Ford Explains Ethanol Program to ACE Members

ACE13-uniteandignite-DiCiccoKnowing what automobile makers what and need for fuel and how those companies are moving forward in their green energy programs is some good information for the recent attendees at last week’s American Coalition for Ethanol’s (ACE) “Unite and Ignite” conference in Des Moines, Iowa.

“We’re committed to supporting biofuels by providing a range of products that provide biofuel capability in line with consumer demand. And that is key,” explained Dominic DiCicco with Ford Motor Company during the conference session titled, Automaker Perspective: Outlook for Higher Ethanol Blends and Octane. He added that Ford is dedicated to green fuels, but there must be a payoff for Ford in the form of better car sales of the greener fuel vehicles. “Consumers need to recognize value in their vehicle purchases.”

He continued that limited market impact, or at least the perception of limited impact, of E85 is keeping consumers from moving toward the higher ethanol blend, and thus, keeping Ford from making more vehicles E85 compatible. He went on to explain how compression ratios and octane ratings affect an engine’s performance, and that is a big hurdle for ethanol producers and marketers to overcome. Dominic concluded that there needs to be better coordination between car makers, ethanol producers, government regulators and fuel retailers.

“We have to figure out where do we want to take this infrastructure and market moving forward,” Dominic said.

ACE members seem to be up to his challenge telling him, “You tell us what you need, and we will then partner with you to do that.”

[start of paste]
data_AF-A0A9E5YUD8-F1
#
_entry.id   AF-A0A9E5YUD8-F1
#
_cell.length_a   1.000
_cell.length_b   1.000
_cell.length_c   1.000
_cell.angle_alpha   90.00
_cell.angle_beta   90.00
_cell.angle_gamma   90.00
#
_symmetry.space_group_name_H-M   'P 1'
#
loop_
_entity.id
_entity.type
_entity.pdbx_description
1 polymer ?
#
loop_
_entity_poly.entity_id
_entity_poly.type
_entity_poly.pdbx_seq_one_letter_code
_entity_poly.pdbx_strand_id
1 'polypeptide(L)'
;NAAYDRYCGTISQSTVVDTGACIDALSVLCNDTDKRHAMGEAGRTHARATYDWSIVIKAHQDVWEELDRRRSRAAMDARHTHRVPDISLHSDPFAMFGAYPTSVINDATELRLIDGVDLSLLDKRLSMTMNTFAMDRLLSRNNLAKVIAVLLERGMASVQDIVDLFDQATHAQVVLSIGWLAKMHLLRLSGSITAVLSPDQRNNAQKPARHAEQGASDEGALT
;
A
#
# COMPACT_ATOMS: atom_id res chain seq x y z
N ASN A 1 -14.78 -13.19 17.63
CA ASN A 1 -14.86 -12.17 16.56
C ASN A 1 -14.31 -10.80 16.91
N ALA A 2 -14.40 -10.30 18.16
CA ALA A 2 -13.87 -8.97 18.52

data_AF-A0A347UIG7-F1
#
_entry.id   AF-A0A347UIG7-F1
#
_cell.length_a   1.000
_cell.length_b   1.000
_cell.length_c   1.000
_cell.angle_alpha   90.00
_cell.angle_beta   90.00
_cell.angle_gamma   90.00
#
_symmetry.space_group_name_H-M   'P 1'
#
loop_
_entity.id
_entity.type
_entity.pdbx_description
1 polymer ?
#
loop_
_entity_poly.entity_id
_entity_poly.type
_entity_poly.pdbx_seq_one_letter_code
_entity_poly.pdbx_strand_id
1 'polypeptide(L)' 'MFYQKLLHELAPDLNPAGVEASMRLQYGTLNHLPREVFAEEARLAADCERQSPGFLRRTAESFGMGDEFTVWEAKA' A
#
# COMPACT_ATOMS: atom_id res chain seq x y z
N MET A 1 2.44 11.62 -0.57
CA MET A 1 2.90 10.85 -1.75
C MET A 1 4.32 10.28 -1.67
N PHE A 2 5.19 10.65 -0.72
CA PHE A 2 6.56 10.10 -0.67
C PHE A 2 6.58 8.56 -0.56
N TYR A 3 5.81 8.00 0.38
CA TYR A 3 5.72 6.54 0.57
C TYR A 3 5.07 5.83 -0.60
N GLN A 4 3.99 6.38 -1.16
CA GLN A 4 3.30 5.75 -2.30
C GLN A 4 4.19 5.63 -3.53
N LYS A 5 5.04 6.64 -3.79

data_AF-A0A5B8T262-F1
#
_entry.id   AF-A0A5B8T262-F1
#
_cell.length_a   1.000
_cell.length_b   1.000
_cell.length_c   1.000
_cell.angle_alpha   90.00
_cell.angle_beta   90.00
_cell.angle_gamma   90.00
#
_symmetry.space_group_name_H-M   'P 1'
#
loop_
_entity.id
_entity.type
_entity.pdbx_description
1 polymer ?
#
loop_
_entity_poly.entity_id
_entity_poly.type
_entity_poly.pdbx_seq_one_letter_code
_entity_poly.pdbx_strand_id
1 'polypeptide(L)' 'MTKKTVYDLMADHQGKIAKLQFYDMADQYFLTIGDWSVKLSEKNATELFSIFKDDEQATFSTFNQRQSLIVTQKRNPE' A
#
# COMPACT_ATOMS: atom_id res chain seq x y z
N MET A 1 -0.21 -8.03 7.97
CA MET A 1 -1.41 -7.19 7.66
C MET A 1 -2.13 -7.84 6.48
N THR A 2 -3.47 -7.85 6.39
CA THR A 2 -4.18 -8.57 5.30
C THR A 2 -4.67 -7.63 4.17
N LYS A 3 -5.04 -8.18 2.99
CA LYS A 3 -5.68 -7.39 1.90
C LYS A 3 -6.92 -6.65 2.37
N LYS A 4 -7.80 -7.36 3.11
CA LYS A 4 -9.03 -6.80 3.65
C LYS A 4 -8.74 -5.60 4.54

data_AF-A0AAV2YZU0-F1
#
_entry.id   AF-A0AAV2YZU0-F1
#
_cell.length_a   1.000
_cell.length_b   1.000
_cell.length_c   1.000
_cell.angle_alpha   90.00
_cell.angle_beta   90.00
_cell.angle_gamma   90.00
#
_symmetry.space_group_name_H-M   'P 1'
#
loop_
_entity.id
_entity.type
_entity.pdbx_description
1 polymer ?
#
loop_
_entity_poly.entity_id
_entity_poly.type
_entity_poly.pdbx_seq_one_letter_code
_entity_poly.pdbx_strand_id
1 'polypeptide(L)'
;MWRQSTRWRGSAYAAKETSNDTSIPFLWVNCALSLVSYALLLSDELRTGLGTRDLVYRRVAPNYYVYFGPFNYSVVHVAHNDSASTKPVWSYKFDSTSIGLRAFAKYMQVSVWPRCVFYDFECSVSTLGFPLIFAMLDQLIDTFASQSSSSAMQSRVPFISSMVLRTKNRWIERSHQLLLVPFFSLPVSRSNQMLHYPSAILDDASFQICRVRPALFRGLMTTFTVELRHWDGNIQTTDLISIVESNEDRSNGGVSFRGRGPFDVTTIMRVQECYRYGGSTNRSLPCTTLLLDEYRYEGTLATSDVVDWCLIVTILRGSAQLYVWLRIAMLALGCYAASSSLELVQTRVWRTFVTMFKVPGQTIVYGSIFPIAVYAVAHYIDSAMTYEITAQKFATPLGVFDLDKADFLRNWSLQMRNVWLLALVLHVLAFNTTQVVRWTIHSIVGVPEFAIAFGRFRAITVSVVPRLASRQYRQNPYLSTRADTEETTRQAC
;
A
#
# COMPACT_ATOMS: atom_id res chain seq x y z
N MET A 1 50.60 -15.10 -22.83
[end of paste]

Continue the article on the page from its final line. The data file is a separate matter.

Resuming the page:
Visit the ACE 26th Annual Ethanol Conference photo album.

4 thoughts on “Ford Explains Ethanol Program to ACE Members

  1. Dear Ford Guru,

    Instead of building an E85-Optimized Engine, you wasted your money on a natural gas engine. You are idiots.

  2. As long as we stay hooked on fuel (since at this point we don’t have much alternatives) we’ll just have to live with this. What we’ll be seeing in 3-5 years is probably long gas lines and very angry consumers.

  3. How about an incremental road? The idea of E30 capable vehicles transitioning to E30 optimized vehicles will enable drivers to get adequate mileage with cheaper fuel on the way to getting optimized mileage with cheaper fuel when that fuel is more available. Thus, why not make vehicles with engines that don’t have a mileage penalty with cheaper E30; but can also use E10 just fine. And when there’s plenty of blender pumps in your region, you can get the chip in your engine tweeked to enable you to get extra mileage using less expensive E30 fuel, but maybe experience a mileage penalty with the more expensive E10.

    To incentivize installation of blender pumps, use a dedicated, self-reducing non-renewable carbon user fee to fund renewable energy R&D. As the proportion of renewable fuel increased, the user fee would drop in concert with the R&D project reaching a successful completion.